Demonstrations Persist After Judicial Reform Paused

Security forces use a water cannon to disperse the people attending a demonstration against Prime Minister Binyamin Netanyahu, in Tel Aviv, Monday. (REUTERS/Itai Ron)

Demonstrations continued following Prime Minister Binyamin Netanyahu’s announcement to put the judicial reform on hold until the summer in order to find a compromise on the legislation.

“I am taking a break for dialogue. I am giving it a real opportunity for real dialogue to reach a wide agreement,” he said in a media address. “I have decided to pause the advancement of the law in this Knesset session in order to give time for negotiations and agreement.

“When there’s an opportunity to avoid a civil war, I – as prime minister – must give an opportunity to get to an agreement,” he said.

Protest organizers decried Netanyahu’s address, saying it was “an admission of the government’s intention to bring the dictatorship laws back to the table in the next parliamentary session, harming the economy and the security of the country.”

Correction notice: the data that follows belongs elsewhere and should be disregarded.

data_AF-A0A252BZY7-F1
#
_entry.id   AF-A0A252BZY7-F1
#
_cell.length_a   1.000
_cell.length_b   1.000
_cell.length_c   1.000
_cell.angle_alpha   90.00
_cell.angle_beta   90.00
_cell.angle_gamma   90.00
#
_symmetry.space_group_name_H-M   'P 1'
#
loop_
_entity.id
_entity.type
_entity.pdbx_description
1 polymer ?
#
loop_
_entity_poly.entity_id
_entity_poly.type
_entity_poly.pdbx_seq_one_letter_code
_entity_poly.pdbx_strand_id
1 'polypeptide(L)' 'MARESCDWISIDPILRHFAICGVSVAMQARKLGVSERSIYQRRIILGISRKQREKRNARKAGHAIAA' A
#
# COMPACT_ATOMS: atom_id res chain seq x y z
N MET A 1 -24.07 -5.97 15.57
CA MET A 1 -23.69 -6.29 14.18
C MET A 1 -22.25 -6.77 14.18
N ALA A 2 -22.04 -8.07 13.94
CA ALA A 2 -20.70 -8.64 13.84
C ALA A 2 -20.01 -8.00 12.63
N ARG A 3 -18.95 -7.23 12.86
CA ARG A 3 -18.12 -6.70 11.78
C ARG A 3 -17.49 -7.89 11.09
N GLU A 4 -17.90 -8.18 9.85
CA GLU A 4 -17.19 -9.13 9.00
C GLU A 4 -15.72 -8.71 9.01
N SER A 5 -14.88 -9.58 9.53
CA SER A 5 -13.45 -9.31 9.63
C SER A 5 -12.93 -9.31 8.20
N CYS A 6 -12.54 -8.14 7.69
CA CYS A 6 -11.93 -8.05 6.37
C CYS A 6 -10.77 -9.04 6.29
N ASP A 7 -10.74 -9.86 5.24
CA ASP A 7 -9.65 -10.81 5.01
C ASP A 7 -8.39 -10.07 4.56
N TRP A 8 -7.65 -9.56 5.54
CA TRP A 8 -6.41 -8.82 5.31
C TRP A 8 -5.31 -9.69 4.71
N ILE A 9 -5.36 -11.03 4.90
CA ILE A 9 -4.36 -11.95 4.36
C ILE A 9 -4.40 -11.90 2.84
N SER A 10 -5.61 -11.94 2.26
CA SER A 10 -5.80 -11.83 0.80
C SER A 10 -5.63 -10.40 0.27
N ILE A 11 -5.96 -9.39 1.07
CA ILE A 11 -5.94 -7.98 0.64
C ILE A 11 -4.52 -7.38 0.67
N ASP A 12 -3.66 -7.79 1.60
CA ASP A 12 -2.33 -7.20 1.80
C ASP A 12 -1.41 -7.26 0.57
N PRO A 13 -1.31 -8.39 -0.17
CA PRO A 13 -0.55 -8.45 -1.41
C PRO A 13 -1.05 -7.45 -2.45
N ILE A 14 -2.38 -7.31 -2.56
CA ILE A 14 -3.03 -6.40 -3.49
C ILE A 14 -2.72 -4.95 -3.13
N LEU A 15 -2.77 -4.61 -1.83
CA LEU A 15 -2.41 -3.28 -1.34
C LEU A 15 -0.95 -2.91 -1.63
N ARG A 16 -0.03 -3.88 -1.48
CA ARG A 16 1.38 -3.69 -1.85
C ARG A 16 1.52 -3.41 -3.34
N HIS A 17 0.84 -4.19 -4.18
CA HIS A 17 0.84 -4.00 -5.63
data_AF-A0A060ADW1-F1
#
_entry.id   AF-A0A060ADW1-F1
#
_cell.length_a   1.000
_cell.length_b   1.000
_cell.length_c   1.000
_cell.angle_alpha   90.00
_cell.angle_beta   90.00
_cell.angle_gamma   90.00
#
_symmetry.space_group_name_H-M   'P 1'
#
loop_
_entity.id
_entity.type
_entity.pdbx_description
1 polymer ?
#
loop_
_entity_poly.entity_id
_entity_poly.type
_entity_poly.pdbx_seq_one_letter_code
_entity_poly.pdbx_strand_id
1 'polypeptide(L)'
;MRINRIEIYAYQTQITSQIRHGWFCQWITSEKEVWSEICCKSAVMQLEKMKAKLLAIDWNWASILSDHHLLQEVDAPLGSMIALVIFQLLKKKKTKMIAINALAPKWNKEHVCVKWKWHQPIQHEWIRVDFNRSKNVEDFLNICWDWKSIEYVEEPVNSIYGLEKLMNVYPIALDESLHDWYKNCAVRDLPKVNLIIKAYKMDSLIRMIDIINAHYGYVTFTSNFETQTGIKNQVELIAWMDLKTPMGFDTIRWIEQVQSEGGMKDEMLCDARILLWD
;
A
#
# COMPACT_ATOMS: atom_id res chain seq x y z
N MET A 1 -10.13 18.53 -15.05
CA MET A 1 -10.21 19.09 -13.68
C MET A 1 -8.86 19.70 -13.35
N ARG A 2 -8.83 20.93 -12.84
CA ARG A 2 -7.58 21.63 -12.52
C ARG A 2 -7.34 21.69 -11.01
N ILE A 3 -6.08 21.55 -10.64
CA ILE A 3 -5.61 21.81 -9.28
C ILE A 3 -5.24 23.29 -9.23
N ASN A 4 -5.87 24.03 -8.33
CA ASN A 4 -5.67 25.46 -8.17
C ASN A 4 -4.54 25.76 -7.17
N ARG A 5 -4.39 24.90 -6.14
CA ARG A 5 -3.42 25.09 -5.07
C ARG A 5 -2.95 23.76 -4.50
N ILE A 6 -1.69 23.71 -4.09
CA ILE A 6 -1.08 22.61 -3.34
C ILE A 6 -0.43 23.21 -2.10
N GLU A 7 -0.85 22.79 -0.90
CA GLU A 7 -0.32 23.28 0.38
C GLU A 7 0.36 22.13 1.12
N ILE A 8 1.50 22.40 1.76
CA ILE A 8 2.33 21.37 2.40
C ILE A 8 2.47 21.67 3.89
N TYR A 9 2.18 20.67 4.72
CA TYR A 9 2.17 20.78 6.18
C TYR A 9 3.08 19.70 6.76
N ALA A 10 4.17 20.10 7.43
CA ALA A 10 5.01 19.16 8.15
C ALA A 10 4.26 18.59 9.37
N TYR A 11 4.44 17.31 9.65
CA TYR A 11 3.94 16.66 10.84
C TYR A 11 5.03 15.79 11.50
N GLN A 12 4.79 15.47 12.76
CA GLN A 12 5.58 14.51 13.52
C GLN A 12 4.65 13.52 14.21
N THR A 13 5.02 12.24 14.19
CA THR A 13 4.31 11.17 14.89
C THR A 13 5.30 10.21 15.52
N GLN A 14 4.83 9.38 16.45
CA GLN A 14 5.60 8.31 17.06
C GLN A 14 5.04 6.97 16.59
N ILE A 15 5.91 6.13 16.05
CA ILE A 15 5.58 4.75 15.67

They vowed to continue with the demonstrations: “As long as the legislation continues and is not shelved, we will be on the streets. This is just an attempt to weaken the protests in order to enact Netanyahu’s dictatorship. Now is not the time to reduce the pressure, but to increase it.”

However, Washington welcomed Netanyahu’s announcement and urged Israel’s political leaders to find a compromise.

Meanwhile, protests that began early Monday continued into the night. Demonstrators in Yerushalayim breached police barriers set up by around the prime minister’s residence, while in Tel Aviv tens of thousands blocked the major Ayalon highway. Police deployed water cannons against the demonstrators in Yerushalayim, with tear gas reportedly used on demonstrators in Tel Aviv.

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